Owen grew worried, but then over-reached himself. In 1654 he was elected as a MP for the first Protectorate parliament. In his few months in the Commons, he was associated with radical republicans, men who were alarmed by the monarchical trappings of the Cromwell family.
Owen was expelled from Parliament on the basis that he was a clergyman — a status he rejected. He was, he insisted, a layman.
Sent back to Oxford, he became ever more critical of Cromwell and the direction his government was taking. He condemned the frivolity of Cromwell’s court and intervened on behalf of army republicans to stop Cromwell being crowned as king. The breach with his old patron and friend was complete.
Owen did not see Cromwell as he gradually sickened and in September 1658 died. When Oliver was replaced by Richard Cromwell, his son, who wished to continue the conservative trend, Owen moved immediately to gather a congregation of disaffected republicans, who, in a complex series of events, worked to undermine the new government.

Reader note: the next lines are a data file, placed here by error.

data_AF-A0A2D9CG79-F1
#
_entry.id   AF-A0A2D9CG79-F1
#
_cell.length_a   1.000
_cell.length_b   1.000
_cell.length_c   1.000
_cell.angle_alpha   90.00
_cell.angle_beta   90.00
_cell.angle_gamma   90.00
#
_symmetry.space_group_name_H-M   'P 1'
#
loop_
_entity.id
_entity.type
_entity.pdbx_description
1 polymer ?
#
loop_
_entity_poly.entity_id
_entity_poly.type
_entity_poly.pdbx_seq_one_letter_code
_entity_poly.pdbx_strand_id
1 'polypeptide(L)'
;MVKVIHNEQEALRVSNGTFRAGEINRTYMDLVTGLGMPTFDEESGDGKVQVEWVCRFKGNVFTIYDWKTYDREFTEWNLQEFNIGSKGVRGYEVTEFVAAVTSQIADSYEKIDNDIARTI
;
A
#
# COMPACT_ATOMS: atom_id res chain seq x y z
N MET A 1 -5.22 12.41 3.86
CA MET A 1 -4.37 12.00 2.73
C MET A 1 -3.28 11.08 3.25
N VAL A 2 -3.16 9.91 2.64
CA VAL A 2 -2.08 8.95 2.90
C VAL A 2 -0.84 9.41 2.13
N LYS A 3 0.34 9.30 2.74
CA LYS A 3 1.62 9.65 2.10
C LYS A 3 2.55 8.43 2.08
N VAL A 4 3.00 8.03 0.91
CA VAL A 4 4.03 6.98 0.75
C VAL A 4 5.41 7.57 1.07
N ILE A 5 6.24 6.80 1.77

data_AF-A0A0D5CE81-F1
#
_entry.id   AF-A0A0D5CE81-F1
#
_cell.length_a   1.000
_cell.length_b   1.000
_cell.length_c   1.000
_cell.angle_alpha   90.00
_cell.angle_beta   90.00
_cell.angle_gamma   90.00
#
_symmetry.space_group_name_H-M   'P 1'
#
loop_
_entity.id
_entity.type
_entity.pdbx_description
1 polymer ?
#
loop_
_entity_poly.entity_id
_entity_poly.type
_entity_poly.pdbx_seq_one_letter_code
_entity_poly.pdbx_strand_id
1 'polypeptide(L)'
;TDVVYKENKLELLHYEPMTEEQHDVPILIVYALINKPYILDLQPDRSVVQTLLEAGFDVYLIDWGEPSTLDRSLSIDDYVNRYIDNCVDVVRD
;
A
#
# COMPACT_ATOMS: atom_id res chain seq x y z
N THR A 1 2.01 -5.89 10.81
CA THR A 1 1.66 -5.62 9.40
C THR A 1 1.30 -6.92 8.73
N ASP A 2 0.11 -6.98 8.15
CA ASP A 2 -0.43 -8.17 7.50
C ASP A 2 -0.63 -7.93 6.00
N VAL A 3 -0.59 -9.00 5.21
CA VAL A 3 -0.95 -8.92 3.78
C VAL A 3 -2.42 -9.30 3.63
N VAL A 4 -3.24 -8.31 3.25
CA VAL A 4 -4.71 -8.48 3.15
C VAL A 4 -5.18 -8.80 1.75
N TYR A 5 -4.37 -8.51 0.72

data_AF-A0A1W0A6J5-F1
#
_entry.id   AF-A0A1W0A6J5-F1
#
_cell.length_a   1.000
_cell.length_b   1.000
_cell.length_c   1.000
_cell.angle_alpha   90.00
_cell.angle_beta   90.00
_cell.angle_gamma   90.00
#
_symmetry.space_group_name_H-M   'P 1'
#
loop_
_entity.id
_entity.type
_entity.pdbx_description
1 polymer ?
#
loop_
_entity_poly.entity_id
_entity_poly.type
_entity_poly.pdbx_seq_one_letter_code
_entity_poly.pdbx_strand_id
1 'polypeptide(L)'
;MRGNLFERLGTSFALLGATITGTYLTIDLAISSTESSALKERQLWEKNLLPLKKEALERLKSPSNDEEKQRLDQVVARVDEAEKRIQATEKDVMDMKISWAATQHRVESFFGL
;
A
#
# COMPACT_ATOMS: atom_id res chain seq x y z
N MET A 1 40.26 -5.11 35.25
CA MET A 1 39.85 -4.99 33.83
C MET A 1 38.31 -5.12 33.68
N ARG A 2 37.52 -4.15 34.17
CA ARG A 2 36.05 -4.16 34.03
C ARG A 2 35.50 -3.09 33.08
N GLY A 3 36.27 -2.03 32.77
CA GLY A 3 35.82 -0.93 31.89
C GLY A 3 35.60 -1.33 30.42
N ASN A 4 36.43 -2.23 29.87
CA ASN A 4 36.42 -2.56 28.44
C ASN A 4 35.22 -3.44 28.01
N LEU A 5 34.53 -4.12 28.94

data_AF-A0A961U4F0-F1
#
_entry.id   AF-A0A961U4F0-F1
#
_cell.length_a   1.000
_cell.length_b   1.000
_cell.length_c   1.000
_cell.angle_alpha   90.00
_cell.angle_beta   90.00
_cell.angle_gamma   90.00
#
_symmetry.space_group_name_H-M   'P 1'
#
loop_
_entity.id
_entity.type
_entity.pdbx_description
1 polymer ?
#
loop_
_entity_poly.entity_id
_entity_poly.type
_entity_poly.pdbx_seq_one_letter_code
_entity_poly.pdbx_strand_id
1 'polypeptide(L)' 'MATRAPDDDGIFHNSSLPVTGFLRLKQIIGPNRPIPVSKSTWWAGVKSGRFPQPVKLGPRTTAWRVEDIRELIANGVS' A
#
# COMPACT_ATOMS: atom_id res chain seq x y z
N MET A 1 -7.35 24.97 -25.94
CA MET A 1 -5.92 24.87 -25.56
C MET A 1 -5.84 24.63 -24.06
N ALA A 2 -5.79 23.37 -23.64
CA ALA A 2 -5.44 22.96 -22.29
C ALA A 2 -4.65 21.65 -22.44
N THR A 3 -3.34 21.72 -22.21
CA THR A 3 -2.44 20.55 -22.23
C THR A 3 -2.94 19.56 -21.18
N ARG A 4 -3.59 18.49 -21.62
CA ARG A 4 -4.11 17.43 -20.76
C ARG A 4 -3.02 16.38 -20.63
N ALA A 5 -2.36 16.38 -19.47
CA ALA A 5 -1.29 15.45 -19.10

The army had brought down governments before. In fact, almost every parliament since the regicide had been ended by the army’s intervention. But, this time, the officers gambled and lost. Their coup created chaos until Charles II returned.
The restoration of the monarchy in May 1660 ended the English revolution. Its leaders were tried, found guilty of treason and publicly butchered. Meanwhile, the ejection of Puritan ministers from the Church of England in August 1662 ended any hope that the godly could be accommodated within the established church.
Owen, who was in some personal danger, struggled to know how best to respond to the new circumstances. His activities in the early 1660s reveal his mental conflict. In January 1661, while conducting a conventicle, his house was raided and the militia carried away half-a-dozen cases of pistols.